Middle East

U.S. tells U.N. that weekend airstrikes aimed to deter Iran

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U.S. Ambassador to the United Nations Linda Thomas-Greenfield testifies to the House Foreign Affairs Committee on the Biden Administration's priorities for engagement with the United Nations on Capitol Hill in Washington, U.S., June 16, 2021. REUTERS/Joshua Roberts

NEW YORK, June 29 (Reuters) - The United States told the U.N. Security Council on Tuesday that it targeted Iran-backed militia in Syria and Iraq with airstrikes to deter the militants and Tehran from conducting or supporting further attacks on U.S. personnel or facilities.

Under Article 51 of the United Nations Charter, the 15-member Security Council must immediately be informed of any action that states take in self-defense against armed attack.

U.S. Ambassador to the United Nations, Linda Thomas-Greenfield, said the airstrikes hit facilities used by militia blamed for an escalating series of drone and rocket attacks against U.S. personnel and facilities in Iraq.

"This military response was taken after non-military options proved inadequate to address the threat, with the aim of deescalating the situation and preventing further attacks," she wrote in a letter, seen by Reuters.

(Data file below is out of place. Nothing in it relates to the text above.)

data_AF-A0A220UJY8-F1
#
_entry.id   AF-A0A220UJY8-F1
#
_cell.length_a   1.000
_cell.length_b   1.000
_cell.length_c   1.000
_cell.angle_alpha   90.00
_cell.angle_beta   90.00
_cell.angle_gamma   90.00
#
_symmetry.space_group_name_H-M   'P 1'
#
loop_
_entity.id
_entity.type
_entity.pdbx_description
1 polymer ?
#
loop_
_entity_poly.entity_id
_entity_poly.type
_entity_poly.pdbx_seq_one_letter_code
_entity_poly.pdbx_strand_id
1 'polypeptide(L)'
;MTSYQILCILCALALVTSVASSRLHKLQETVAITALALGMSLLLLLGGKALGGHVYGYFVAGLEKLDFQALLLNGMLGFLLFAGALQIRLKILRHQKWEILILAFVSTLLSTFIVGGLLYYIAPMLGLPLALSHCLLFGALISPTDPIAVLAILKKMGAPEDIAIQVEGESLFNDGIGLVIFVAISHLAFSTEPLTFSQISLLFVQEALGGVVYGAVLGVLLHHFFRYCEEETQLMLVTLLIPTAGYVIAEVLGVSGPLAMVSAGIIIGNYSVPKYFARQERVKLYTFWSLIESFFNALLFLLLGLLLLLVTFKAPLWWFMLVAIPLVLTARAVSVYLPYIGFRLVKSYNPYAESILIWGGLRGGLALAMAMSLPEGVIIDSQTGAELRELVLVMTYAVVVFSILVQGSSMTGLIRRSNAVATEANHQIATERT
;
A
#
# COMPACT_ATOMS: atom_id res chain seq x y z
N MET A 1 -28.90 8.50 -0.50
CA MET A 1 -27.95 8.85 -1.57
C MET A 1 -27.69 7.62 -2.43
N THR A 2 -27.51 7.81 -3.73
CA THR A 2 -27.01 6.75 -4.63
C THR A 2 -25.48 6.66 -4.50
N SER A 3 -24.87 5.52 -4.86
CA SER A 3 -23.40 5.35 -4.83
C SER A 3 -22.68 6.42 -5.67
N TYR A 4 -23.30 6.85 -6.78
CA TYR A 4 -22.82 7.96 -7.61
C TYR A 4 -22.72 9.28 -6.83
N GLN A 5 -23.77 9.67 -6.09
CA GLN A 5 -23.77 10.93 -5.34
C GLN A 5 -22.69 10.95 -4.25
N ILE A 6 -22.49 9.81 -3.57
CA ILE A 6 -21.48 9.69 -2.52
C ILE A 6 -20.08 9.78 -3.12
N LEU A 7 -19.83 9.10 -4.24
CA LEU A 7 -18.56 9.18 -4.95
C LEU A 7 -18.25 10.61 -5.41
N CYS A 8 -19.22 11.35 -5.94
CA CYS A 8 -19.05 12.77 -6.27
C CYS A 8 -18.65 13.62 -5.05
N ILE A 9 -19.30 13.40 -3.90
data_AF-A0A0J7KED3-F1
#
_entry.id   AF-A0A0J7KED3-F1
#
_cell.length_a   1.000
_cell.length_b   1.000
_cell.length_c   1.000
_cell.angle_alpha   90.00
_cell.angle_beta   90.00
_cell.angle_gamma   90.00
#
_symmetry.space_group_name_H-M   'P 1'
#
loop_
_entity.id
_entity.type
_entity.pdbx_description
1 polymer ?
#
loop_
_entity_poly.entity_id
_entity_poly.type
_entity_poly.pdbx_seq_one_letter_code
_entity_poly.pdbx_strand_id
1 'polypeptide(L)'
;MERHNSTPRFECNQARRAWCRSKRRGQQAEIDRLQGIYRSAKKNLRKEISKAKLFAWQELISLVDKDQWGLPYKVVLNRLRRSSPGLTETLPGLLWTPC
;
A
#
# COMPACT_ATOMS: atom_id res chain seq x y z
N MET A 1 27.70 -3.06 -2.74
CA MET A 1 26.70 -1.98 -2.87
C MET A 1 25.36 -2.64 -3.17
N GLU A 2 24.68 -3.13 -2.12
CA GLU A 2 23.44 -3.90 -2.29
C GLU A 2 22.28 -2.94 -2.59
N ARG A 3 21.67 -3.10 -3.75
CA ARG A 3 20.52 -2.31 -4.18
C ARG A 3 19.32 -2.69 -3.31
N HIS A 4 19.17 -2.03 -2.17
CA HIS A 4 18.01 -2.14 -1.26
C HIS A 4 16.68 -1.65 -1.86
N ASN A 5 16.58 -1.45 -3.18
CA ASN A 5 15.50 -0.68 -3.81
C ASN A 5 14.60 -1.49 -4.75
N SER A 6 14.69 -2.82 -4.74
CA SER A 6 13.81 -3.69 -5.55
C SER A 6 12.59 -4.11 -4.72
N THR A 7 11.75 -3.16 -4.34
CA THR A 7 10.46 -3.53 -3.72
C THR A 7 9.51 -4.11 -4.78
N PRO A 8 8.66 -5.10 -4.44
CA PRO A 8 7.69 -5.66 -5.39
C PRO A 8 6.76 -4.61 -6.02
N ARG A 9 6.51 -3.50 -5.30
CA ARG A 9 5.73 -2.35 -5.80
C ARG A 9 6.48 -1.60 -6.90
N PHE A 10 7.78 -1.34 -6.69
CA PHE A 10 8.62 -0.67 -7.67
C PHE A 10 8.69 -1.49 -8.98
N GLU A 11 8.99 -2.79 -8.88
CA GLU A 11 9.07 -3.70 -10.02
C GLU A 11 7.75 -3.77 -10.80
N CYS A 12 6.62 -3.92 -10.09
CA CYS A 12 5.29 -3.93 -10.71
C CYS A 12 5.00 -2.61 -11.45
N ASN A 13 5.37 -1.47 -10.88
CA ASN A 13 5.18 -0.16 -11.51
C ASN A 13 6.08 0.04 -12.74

President Joe Biden wrote a similar letter to Congress on Tuesday. "The United States stands ready to take further action, as necessary and appropriate, to address further threats or attacks," he said.

U.S. troops came under rocket fire in Syria on Monday in apparent retaliation for weekend U.S. air strikes. About 34 rockets were fired in the attack, but there were no injuries, a U.S. military official said on Tuesday. read more

While the Iraqi and U.S. militaries coordinate closely in a separate battle in Iraq against remnants of the Sunni extremist group Islamic State, Iraq's government and military condemned the U.S. airstrikes against the Iran-back militia.

The United States began airstrikes against Islamic State in Syria in 2014, telling the United Nations it acted because Syrian President Bashar al-Assad's government had failed to wipe out safe havens used by the militants to launch attacks on Iraq.

Iraq told the U.N. Security Council at the time that it requested U.S. help because a safe haven for the militants in Syria had made its border "impossible to defend."

Reporting by Michelle Nichols; editing by Jane Wardell

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